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Day two of our Whitby adventure found us dancing at Whitby Abbey. It was a bright, sunny day but there was a brisk wind.
The first abbey was built about 657 AD when Whitby was known as Streoneshalh (thank goodness they changed the name!). Here the Synod of Whitby was held, where the calculation for the date for Easter was agreed and the practice of monastic tonsure (the monk's distinctive bald patch) adopted. Unfortunately, at the later little-known Synod of Clintonscards, it was agreed that the celebration of Easter would actually start on Boxing Day and last for four months. Still, the webmaster felt very much at home, sporting his natural monastic tonsure.
The abbey is also the inspiration for part of the 1897 Dracula story by Bram Stoker. When his ship runs aground just outside Whitby, the Count (disguised as a black hound) runs up the 199 steps to the abbey. Obviously he didn't visit the Tourist Information Centre or he would have discovered that the Whitby Town Tour bus is a much better way of getting around the town, with a convenient stop outside the abbey. But perhaps he used the steps just so that he could "count" them.
One for the Sesame Street generation.
A few of us who are English Heritage members had a stroll round the abbey site before the dancing was due to start. There we heard a strange sound emanating from a dark corner of the ruins. Could this be Count Dracula himself, come to life??? No, it turned out to be Alistair Anderson recording some concertina music for the BBC Folk Show.
Enough waffle, let's get on to the dancing. There was some confusion about where we were to dance but our Folk Week co-ordinator eventually negotiated a spot with English Heritage in the forecourt a bit away from the visitor's centre and just outside the abbey ruins. This was a decent surface to dance on and in full view of the abbey visitors as they made their way in.
Performing with us were:
I had never heard of Goathland (the village — population 438 — or the long-sword side), but it does have a couple of claims to fame in popular culture. It was the setting of the fictional village of Aidensfield in the Heartbeat television series set in the 1960s, and Goathland railway station (on the North Yorkshire Moors Railway) was used as the location for Hogsmeade railway station in the Harry Potter films. Not bad for a small village in the Yorkshire countryside.
The Plough Stots have been dancing since 1923, so they must be pretty tired by now. According to the founder of the current side, Frank Dowson, "stot" meant "bullock" and the plough boys, having made offerings to the church on the Feast of the Epiphany, would take a plough round the village on the next day (Plough Monday) asking for contributions to cover the cost of their church offerings. However, this could just be a load of old stots.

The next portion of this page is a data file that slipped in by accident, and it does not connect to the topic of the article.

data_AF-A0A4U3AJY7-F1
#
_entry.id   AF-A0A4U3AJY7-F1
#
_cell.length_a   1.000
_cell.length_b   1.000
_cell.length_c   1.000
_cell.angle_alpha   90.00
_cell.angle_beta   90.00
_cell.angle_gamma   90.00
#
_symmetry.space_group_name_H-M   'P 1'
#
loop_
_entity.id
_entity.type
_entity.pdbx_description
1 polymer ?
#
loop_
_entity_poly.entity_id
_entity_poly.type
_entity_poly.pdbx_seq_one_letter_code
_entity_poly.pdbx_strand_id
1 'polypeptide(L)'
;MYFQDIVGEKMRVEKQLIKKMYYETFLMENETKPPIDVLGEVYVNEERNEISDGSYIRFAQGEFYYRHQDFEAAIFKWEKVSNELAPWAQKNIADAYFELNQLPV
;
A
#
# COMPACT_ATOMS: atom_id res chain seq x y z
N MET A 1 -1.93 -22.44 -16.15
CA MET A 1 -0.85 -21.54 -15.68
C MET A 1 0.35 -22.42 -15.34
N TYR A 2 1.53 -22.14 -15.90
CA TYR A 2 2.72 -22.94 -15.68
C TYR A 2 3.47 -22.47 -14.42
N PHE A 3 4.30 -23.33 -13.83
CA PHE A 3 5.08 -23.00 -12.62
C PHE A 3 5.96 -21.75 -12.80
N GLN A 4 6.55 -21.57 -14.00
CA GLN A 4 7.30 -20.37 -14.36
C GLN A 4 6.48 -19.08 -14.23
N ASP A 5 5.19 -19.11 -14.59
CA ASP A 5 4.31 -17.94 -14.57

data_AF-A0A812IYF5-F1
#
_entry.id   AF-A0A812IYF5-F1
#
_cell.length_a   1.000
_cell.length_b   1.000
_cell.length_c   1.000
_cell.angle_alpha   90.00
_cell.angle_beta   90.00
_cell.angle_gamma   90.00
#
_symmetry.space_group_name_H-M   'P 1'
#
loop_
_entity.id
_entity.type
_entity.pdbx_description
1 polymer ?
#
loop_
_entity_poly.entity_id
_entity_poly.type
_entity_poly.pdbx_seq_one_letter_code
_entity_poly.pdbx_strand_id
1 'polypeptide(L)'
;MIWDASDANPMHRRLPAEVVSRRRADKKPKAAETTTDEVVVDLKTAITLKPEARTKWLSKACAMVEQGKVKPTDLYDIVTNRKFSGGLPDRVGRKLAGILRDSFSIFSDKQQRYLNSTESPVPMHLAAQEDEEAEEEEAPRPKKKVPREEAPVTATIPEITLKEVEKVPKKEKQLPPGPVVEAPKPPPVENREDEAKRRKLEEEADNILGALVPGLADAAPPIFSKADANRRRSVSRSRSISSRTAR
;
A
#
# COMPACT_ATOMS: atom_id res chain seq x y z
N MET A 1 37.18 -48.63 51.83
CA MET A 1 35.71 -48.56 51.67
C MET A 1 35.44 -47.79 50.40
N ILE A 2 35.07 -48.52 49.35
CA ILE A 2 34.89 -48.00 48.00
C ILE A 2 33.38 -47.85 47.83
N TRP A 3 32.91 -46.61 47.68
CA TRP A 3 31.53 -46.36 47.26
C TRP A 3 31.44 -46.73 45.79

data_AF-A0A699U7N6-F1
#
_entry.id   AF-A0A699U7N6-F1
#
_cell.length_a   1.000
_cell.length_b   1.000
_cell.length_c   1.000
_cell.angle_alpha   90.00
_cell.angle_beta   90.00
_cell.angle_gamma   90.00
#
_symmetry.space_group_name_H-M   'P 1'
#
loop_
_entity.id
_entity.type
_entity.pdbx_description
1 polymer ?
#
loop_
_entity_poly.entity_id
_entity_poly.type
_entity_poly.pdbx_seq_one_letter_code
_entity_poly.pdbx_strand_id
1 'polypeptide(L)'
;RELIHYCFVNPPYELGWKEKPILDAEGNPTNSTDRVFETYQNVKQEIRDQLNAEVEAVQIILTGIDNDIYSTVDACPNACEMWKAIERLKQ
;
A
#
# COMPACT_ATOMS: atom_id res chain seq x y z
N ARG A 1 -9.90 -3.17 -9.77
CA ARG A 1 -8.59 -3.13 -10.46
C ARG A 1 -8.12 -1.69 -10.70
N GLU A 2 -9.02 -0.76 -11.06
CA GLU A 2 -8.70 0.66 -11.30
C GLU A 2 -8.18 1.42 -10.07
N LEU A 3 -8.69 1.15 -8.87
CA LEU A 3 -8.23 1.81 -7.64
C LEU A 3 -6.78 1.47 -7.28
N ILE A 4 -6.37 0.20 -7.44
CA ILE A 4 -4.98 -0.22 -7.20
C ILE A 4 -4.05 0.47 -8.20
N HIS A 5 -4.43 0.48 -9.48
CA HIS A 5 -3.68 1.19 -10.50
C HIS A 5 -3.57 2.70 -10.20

New Esperance Morris was formed in 1973, inspired by Mary Neal’s historical Espérance Club girls. You can read a fascinating article about Mary Neal and how she started the original dancing side by clicking here.
Anyway, we started dancing about noon and, taking turns with the other sides, had time for two dances, namely Prescot and Marston 8. Then it was time for a break for lunch to explore the local sights of interest, including the adjacent Church of Saint Mary, or to enjoy the spectacular views across the town. Most popular of the local attractions for some inexplicable reason seemed to be Whitby Brewery, a micro-brewery that apparently provided free samples to those in morris attire. This seemed a somewhat dangerous marketing ploy if they wanted any beer left at the end of the day! But if you fancy enjoying an Abbey Blonde, you know where to get one.
Suitably refreshed, we did two more stands featuring KBC Processional, Annie's and Cossington. Then it was time to prepare for the Extravaganza at the Spa Pavilion, where all the participating sides performed one show dance each.
We all gathered together again at the venue well in advance of our slot at 5:04 p.m. Yes, the event was planned with such precision that it was timed down to the minute! When our turn came, Kettle Bridge came on in dramatic fashion, making best use of the sound that their clogs made on the hall surface, and swinging their bobbins (not a sight for the faint-hearted).
The performance of Milnrow went very well and was very much appreciated by the audience. You can judge for yourself by clicking here.
That marked the end of another busy day for us. We must say a big "well done" to the organisers of the Extravaganza for putting on an excellent show and for their brilliant logistics in getting all the sides there, on to perform and then off again.
Kettle Bridge Clogs web site by Stephen Cordery is licensed under a Creative Commons Attribution-NonCommercial-NoDerivatives 4.0 International License.
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